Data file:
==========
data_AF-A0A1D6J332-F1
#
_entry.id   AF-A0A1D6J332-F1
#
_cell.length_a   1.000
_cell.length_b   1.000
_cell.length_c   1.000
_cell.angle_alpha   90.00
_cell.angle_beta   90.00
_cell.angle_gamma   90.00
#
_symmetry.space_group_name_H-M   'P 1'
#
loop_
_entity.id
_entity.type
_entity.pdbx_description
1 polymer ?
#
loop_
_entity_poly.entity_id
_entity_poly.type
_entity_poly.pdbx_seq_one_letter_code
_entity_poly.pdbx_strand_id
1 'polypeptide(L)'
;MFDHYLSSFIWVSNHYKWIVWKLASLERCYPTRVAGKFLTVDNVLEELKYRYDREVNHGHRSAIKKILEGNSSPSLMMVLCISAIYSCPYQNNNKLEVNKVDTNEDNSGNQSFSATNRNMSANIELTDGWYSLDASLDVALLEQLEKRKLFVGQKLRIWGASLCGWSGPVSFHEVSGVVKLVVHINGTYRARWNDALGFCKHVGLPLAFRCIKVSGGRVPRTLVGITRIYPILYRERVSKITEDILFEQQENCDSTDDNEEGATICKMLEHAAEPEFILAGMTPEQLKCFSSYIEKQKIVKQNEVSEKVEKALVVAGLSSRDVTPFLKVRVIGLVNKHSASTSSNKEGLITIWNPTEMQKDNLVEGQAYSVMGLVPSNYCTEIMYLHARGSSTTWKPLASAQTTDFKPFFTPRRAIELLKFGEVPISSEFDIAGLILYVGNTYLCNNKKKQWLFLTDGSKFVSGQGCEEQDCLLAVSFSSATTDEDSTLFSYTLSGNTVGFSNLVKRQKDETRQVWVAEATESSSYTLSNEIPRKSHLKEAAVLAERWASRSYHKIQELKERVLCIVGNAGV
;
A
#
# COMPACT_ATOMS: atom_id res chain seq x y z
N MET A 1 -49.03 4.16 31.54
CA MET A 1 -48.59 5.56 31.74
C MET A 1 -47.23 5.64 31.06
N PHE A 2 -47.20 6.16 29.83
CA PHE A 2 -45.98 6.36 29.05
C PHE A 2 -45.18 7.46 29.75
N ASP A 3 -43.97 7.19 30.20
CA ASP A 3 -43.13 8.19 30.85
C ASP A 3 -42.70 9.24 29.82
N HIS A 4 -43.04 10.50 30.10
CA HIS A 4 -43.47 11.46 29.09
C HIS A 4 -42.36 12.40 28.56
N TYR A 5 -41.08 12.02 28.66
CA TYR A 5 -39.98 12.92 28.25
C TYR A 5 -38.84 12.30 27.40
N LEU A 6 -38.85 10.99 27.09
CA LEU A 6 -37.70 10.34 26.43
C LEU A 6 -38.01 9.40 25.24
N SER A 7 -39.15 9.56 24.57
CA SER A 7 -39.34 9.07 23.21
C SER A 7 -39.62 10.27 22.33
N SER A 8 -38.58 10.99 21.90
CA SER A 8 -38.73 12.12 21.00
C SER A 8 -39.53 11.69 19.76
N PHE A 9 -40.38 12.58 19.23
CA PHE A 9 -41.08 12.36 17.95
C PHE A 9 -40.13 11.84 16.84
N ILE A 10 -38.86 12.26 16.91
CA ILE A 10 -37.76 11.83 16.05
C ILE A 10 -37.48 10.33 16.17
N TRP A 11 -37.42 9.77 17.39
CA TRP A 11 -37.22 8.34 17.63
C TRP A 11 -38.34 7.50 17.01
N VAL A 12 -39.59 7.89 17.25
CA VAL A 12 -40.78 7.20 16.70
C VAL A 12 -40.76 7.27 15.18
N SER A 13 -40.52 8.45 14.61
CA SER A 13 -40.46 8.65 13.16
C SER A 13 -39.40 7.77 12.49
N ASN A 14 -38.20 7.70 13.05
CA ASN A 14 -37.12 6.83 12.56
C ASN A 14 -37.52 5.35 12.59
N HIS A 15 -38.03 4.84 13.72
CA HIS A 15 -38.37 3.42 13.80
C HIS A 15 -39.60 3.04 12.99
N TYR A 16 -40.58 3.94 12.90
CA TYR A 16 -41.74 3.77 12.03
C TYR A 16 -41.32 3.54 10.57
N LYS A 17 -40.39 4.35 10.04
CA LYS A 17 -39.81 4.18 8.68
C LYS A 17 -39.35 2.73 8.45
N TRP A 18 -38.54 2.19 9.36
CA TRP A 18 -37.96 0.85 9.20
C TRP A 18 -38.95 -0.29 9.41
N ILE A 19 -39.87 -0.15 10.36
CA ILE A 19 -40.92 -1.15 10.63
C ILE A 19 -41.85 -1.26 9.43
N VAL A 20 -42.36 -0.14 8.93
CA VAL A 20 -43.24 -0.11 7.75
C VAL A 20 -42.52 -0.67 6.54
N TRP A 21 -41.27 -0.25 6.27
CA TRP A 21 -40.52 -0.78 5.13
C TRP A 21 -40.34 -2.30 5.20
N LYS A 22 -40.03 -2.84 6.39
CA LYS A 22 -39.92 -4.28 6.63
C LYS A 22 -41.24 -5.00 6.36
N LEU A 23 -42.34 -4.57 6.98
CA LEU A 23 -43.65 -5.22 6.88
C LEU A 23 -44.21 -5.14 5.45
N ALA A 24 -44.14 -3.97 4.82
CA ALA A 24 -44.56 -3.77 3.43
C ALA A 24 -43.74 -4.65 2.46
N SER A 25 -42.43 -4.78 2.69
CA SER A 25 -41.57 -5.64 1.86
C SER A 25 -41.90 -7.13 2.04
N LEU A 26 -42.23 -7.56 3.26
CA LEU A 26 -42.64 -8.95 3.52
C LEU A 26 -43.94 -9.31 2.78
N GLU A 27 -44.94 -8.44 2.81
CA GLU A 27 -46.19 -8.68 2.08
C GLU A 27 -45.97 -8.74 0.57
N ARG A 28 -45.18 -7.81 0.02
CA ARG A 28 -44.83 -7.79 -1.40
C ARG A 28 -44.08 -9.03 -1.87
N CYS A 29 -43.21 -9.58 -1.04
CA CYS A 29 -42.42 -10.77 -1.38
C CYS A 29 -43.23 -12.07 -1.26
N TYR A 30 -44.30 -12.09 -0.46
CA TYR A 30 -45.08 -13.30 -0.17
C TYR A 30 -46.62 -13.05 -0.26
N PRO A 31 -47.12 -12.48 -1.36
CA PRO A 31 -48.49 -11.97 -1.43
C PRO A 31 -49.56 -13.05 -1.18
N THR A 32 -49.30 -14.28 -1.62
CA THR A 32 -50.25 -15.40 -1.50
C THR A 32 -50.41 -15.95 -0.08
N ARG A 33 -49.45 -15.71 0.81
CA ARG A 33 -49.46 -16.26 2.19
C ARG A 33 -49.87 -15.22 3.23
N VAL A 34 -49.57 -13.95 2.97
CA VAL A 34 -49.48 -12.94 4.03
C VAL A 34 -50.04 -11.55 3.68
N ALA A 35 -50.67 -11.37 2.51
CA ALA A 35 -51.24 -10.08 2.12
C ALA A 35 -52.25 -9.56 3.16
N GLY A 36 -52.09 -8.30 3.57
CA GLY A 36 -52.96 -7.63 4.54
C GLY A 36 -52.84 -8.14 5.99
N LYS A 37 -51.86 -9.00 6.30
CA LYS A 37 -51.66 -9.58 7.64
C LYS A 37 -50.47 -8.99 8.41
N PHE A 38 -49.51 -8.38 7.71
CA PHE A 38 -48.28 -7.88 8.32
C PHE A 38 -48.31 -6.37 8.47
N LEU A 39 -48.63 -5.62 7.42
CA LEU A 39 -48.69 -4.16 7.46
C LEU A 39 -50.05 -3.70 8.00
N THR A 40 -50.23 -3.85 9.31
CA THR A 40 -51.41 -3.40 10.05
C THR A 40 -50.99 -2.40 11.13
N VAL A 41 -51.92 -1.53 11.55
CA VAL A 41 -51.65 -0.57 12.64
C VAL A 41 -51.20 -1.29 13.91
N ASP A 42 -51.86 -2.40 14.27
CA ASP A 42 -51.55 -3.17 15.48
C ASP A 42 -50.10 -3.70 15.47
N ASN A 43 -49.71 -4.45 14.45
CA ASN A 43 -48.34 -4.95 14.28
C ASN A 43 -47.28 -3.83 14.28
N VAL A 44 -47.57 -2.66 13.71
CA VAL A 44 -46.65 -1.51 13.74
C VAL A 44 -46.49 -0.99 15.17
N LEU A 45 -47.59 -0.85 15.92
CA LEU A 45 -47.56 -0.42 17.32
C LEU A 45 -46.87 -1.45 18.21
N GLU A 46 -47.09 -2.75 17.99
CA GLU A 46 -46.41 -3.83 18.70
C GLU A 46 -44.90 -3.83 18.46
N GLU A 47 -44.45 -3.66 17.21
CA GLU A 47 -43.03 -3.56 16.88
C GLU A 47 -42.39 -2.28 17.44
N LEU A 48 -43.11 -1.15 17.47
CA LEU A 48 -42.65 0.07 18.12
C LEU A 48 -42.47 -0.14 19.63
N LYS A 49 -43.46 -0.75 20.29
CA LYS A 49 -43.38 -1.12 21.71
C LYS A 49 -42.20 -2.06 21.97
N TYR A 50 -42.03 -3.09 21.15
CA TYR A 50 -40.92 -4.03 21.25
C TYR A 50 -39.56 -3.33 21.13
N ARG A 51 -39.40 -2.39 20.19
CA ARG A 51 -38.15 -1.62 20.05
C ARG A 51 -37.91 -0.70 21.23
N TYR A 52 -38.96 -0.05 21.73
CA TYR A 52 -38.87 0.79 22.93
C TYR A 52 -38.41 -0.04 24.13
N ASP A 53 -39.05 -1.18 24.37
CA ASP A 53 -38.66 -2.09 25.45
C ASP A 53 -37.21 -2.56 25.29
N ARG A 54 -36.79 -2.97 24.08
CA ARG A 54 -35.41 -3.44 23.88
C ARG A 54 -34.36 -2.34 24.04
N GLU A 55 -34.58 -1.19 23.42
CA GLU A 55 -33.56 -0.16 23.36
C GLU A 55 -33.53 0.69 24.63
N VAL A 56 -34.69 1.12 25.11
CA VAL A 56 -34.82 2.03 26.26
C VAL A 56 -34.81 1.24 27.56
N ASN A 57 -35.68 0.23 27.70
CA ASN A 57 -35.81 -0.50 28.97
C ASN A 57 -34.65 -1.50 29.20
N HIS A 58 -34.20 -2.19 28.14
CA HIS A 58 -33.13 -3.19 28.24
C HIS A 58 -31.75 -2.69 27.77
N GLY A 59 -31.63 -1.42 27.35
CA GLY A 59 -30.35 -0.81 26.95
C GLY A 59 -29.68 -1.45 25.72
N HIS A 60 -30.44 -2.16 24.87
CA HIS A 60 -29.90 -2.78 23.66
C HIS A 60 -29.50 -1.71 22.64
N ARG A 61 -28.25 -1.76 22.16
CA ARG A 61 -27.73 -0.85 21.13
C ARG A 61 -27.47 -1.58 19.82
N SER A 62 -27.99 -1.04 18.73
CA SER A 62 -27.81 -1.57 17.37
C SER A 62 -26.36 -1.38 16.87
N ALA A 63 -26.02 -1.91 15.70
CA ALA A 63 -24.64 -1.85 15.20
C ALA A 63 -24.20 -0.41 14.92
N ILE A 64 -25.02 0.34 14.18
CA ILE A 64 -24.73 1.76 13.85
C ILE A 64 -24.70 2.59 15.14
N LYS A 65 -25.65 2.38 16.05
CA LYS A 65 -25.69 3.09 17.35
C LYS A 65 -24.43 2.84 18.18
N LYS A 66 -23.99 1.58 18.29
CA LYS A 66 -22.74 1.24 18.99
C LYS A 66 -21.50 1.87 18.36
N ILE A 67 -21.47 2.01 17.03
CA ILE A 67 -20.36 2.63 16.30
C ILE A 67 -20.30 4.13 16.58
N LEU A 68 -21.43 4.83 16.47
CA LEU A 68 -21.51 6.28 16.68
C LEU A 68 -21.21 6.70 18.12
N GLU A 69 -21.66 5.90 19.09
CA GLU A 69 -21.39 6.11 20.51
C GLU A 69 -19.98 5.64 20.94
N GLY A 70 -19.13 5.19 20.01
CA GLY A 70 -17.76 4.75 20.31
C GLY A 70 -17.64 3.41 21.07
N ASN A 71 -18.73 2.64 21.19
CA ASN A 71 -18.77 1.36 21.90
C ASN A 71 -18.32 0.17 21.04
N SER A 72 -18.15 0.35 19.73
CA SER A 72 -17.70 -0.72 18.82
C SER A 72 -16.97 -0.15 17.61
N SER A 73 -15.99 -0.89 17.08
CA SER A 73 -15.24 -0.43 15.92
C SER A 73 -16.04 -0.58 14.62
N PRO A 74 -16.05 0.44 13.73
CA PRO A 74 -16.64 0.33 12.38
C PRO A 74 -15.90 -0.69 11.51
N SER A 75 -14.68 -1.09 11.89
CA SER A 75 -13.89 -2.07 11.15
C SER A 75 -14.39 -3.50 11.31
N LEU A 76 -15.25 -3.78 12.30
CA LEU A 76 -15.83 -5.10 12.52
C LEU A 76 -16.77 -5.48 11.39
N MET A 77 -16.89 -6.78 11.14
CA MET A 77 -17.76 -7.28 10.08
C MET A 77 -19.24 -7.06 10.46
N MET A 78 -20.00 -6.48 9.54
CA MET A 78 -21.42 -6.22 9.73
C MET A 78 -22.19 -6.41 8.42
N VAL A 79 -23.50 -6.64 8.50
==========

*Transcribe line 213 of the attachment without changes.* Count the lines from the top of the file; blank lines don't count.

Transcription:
C ARG A 61 -27.47 -1.58 19.82